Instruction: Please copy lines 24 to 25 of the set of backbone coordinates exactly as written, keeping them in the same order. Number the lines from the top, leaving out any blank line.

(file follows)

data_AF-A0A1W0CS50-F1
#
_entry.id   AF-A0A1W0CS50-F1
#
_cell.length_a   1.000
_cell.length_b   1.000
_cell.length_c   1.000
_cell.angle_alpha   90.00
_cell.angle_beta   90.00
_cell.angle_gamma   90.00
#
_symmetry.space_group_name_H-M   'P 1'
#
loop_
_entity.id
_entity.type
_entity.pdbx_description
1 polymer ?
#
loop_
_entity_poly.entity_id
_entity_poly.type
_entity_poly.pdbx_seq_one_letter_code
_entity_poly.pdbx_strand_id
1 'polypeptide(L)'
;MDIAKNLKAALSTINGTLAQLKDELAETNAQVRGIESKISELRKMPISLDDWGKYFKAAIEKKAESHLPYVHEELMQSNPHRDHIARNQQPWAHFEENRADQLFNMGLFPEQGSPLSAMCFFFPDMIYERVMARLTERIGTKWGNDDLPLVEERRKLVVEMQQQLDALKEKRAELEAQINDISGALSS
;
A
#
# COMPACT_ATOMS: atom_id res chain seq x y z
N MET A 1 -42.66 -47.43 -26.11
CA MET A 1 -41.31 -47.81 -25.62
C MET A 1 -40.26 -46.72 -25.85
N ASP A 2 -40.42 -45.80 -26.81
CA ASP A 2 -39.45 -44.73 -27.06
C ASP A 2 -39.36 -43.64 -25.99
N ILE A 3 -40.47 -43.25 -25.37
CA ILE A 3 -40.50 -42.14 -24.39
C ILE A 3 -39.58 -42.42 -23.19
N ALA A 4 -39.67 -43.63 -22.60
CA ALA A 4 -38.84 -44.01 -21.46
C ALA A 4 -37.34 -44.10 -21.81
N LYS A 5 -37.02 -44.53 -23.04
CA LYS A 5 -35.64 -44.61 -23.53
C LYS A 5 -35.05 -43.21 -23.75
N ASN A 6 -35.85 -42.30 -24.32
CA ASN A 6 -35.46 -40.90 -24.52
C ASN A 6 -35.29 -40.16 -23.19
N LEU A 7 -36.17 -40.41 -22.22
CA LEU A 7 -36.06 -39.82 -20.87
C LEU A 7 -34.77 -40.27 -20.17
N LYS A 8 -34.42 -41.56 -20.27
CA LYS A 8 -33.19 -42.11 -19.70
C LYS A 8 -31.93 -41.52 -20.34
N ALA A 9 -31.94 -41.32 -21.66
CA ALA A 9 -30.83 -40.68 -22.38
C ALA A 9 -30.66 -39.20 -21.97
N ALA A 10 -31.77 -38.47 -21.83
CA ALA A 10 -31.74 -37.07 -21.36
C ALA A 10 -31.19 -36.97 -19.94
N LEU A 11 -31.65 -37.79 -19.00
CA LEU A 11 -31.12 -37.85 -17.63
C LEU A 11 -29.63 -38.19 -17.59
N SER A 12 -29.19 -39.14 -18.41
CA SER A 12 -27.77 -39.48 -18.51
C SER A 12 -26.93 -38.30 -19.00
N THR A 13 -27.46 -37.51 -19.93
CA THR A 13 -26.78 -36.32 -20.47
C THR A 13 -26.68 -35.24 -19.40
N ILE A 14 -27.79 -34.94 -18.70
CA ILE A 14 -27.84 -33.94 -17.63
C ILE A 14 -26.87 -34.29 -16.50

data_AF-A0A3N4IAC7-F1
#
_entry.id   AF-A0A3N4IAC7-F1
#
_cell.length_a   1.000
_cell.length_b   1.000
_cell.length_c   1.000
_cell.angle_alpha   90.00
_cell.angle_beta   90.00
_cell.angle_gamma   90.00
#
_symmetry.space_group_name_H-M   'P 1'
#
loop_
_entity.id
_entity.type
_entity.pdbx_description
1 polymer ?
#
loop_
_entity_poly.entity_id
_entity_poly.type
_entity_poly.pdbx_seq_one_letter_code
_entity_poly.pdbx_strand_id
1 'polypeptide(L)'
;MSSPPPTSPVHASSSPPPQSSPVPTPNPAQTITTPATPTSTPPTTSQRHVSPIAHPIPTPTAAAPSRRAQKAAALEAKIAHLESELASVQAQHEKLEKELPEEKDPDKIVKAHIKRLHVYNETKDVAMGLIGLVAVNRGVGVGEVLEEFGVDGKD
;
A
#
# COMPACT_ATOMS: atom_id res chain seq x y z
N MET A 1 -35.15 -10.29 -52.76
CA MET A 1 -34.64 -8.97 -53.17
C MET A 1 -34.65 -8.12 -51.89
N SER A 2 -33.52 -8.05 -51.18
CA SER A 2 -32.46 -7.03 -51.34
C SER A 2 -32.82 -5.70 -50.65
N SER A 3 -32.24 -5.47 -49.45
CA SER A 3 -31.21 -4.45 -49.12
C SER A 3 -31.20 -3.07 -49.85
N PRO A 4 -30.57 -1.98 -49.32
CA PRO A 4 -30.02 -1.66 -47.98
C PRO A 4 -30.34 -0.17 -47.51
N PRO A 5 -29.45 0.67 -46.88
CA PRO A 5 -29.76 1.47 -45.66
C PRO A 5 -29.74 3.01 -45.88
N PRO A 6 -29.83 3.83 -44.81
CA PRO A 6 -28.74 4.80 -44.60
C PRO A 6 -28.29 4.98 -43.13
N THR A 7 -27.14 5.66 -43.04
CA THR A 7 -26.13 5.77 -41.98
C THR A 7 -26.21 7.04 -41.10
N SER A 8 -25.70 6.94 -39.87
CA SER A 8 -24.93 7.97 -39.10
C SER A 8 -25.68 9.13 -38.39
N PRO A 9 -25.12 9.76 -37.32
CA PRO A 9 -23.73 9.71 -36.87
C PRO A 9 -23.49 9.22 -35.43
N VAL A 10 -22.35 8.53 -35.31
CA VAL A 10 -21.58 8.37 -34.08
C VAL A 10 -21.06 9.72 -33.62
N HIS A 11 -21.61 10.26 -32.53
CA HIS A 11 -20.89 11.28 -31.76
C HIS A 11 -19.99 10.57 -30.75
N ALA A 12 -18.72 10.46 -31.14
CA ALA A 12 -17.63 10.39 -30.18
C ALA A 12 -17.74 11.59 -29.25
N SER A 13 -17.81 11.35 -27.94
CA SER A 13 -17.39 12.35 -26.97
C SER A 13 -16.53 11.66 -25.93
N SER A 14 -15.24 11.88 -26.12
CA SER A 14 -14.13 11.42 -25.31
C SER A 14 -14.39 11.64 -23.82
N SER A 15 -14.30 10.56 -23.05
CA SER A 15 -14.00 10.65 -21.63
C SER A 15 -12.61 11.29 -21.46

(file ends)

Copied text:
_entity_poly.pdbx_strand_id
1 'polypeptide(L)'